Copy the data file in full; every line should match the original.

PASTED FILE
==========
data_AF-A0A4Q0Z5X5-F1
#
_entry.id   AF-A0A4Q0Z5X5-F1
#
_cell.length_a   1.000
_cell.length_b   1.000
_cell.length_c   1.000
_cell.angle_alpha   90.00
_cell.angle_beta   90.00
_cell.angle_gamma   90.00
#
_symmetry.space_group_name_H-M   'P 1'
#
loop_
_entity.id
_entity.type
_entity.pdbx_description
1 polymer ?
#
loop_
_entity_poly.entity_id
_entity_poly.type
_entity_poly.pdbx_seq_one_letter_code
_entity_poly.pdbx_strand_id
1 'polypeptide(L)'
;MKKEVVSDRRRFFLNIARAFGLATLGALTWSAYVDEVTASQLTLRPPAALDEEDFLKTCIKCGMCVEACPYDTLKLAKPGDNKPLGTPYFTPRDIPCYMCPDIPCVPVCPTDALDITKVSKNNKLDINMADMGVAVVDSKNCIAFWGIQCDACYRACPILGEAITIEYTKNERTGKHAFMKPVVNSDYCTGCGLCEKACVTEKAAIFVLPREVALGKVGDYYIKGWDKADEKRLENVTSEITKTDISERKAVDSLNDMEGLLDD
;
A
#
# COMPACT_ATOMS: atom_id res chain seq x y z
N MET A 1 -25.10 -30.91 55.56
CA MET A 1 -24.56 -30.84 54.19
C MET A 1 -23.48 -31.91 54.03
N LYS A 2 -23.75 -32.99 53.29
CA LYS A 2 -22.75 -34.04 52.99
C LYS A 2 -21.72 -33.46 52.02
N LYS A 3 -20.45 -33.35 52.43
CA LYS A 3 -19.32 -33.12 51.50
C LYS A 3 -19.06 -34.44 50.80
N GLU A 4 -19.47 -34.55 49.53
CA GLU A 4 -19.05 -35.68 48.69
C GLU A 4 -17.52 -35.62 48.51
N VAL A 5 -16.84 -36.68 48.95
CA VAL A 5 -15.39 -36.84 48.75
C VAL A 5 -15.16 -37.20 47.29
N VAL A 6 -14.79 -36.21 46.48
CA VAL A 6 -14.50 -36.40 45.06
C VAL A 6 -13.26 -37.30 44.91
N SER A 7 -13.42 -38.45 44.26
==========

data_AF-A0A4Q0Z5X5-F1
#
_entry.id   AF-A0A4Q0Z5X5-F1
#
_cell.length_a   1.000
_cell.length_b   1.000
_cell.length_c   1.000
_cell.angle_alpha   90.00
_cell.angle_beta   90.00
_cell.angle_gamma   90.00
#
_symmetry.space_group_name_H-M   'P 1'
#
loop_
_entity.id
_entity.type
_entity.pdbx_description
1 polymer ?
#
loop_
_entity_poly.entity_id
_entity_poly.type
_entity_poly.pdbx_seq_one_letter_code
_entity_poly.pdbx_strand_id
1 'polypeptide(L)'
;MKKEVVSDRRRFFLNIARAFGLATLGALTWSAYVDEVTASQLTLRPPAALDEEDFLKTCIKCGMCVEACPYDTLKLAKPGDNKPLGTPYFTPRDIPCYMCPDIPCVPVCPTDALDITKVSKNNKLDINMADMGVAVVDSKNCIAFWGIQCDACYRACPILGEAITIEYTKNERTGKHAFMKPVVNSDYCTGCGLCEKACVTEKAAIFVLPREVALGKVGDYYIKGWDKADEKRLENVTSEITKTDISERKAVDSLNDMEGLLDD
;
A
#
# COMPACT_ATOMS: atom_id res chain seq x y z
N MET A 1 -25.10 -30.91 55.56
CA MET A 1 -24.56 -30.84 54.19
C MET A 1 -23.48 -31.91 54.03
N LYS A 2 -23.75 -32.99 53.29
CA LYS A 2 -22.75 -34.04 52.99
C LYS A 2 -21.72 -33.46 52.02
N LYS A 3 -20.45 -33.35 52.43
CA LYS A 3 -19.32 -33.12 51.50
C LYS A 3 -19.06 -34.44 50.80
N GLU A 4 -19.47 -34.55 49.53
CA GLU A 4 -19.05 -35.68 48.69
C GLU A 4 -17.52 -35.62 48.51
N VAL A 5 -16.84 -36.68 48.95
CA VAL A 5 -15.39 -36.84 48.75
C VAL A 5 -15.16 -37.20 47.29
N VAL A 6 -14.79 -36.21 46.48
CA VAL A 6 -14.50 -36.40 45.06
C VAL A 6 -13.26 -37.30 44.91
N SER A 7 -13.42 -38.45 44.26